6. If you want to raise money, just don’t give up. [link]

7. Your family/children are not a liability or distraction. Your family is your power. [link]

8. Firing someone should take ~10min. Focus on the logistics and give them the dignity of hating you for awhile. [link]

9. If you want to save $90,0000 in legal fees, from day 1 — create a c-corp and set the cap table up on Carta. [link]

10. Leaving your team alone while you raise money is dangerous and causes them damage. [link]


In 2017, we tripled the team, we launched our new app, spent a lot of time on product and scaled marketing at the end of the year. [link]
  1. The LOGISTICS of a product launch can make or break it. [link]

2. As the leader — NEVER--EVER do something that you disagree with. Be open to being convinced, but if you aren’t — DO NOT GO ALONG to protect people’s enthusiasm or protect their feelings. You’re guaranteeing failure. [link]

3. New hires will be a threat to old employees. Do not indulge this fear. Just move ahead. [link]

4. An intern will affect your culture just as much as any other employee. [link]

5. If an employee is having personal problems, clearly communicate what you expect and don’t bend. [link]

6. If you don’t have Product-Market-Fit, immediately stop working on incremental features and improvements. Obsess over the systemic problem. [link]

7. More people does not necessarily = more output. [link]

8. The time to push like crazy is when you have cash in the bank. GO! If you wait to sprint till you’re running out, it’ll be too late. [link]

9. The CEO needs to be obsessed with the core risk facing the business. Do NOT delegate. Do NOT outsource. Get in there and break some eggs. [link]

10. When your team gets bigger, you have to OVER communicate constantly: this is what I’m saying — this is what I’m not saying. [link]


In 2018, we raised a bridge round, fired 3 team members, tested a bunch of business models, and honed in our core product. [link]
  1. Jump in the ocean whenever you see it.[link]

2. If your team’s hearts aren’t together, stop everything and get them back together. [link]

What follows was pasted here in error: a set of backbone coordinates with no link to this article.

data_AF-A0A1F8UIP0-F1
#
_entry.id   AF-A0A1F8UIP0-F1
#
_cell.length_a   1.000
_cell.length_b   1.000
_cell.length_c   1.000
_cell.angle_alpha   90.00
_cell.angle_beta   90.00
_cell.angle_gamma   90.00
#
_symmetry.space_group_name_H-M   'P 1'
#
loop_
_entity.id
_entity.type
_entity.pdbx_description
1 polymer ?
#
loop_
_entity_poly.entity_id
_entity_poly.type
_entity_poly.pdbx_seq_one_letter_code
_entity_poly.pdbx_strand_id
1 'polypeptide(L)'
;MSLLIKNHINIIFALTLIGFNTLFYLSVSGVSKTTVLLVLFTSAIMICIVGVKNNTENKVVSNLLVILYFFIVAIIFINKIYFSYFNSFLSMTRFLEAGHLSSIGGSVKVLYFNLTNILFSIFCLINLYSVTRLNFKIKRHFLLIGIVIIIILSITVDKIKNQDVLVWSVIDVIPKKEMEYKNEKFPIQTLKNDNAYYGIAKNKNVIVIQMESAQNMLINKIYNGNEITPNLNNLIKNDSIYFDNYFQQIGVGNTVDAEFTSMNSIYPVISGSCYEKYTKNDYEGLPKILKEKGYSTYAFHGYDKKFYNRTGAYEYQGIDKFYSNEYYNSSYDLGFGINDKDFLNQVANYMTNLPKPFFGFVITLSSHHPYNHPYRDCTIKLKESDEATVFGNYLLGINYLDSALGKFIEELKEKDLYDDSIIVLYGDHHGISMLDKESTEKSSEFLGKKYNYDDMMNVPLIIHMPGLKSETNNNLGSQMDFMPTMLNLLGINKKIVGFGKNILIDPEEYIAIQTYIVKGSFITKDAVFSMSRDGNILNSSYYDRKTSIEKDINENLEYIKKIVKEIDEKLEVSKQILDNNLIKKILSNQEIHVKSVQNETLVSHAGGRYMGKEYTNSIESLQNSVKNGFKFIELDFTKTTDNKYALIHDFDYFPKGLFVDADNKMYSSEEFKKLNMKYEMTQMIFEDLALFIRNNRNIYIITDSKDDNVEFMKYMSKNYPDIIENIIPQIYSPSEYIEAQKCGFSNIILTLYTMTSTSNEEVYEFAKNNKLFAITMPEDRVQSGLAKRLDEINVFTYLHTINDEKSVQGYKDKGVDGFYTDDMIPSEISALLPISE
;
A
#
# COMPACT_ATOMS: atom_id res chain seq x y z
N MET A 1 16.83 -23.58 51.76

3. The executive team’s personal life MUST be fully taken into account in strategic planning — babies, moving, sickness, etc… This will have a massive effect on the business. [link]

4. You have to FORCE your company to produce the growth chart to raise money. Intellectual honesty isn’t enough to raise a round of funding. [link]

5. NEVER process your doubts with your team. (That’s what friends are for.) [link]

6. Never text anything important to a VC. (Facepalm.) [link]

7. There’s nothing like losing a child to put raising money in perspective. [link]

8. Once you have a really great team, your job is to a) give regular clarity and b) stop talking and let them drive! [link]

9. Never let an external party— investor, partner, etc... be the blocker in an initiative. Never wait. Act now — they can join or not, but you’re moving. [link]

10. Every person has limits. Take a break, or a break will take you. [link]


In 2019 we launched a massive social feature, raised a bridge round to fund the sale process, and sold the company to a group of private investors led by my co-founder. [link]
  1. Don’t communicate back-up plans with the team. It’s plan A or bust! [link]

2. Remote teams are AWESOME until the company hits trouble, then it’s HORRIBLE. (Not sure what to do about this.)[link]

3. Selling a company requires a clear and disciplined process — don’t test waters. Either do it or don’t. [link]

4. In huge successful exits, first money in makes the big bucks. Every other scenario, last money in wins. [link]

5. If you want people to notice you and think you’re important, be a startup CEO. If you want to build wealth, be an investor. [link]

6. Adding lawyers in the mix makes things feel adversarial. It takes a lot to resist it. [link]

7. Don’t tell your team you’re selling the company. [link]

8. Time can accomplish things that emails, phone calls, leverage, pressure can’t do. Let time do it’s job. [link]

9. Examine your investor’s values. Their % of ownership will inevitably become that % of your company’s values. [link]

10. No matter who you are it is a FACT: You will be somewhere, with someone when your relationship with your company ends. Invest in that somewhere and that someone now — you won’t regret it! [link]

— -

That’s it! I hope this was helpful.

If you ever have the chance to start a company, I highly recommend it. It’s scary, painful, embarrassing, and difficult — but it’s grown my trust in God and has taught me a ton.

Thanks for reading. If you’ve read this far and we haven’t met, we should hang out some time! Just reach out at: blake@allsmith.org


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blake smith

CEO of Jumpdocs.com, Former CEO of Cladwell (Exited) / Father of 5/ Husband of 1 / Maker of a mean cocktail. Get coaching @ allsmith.org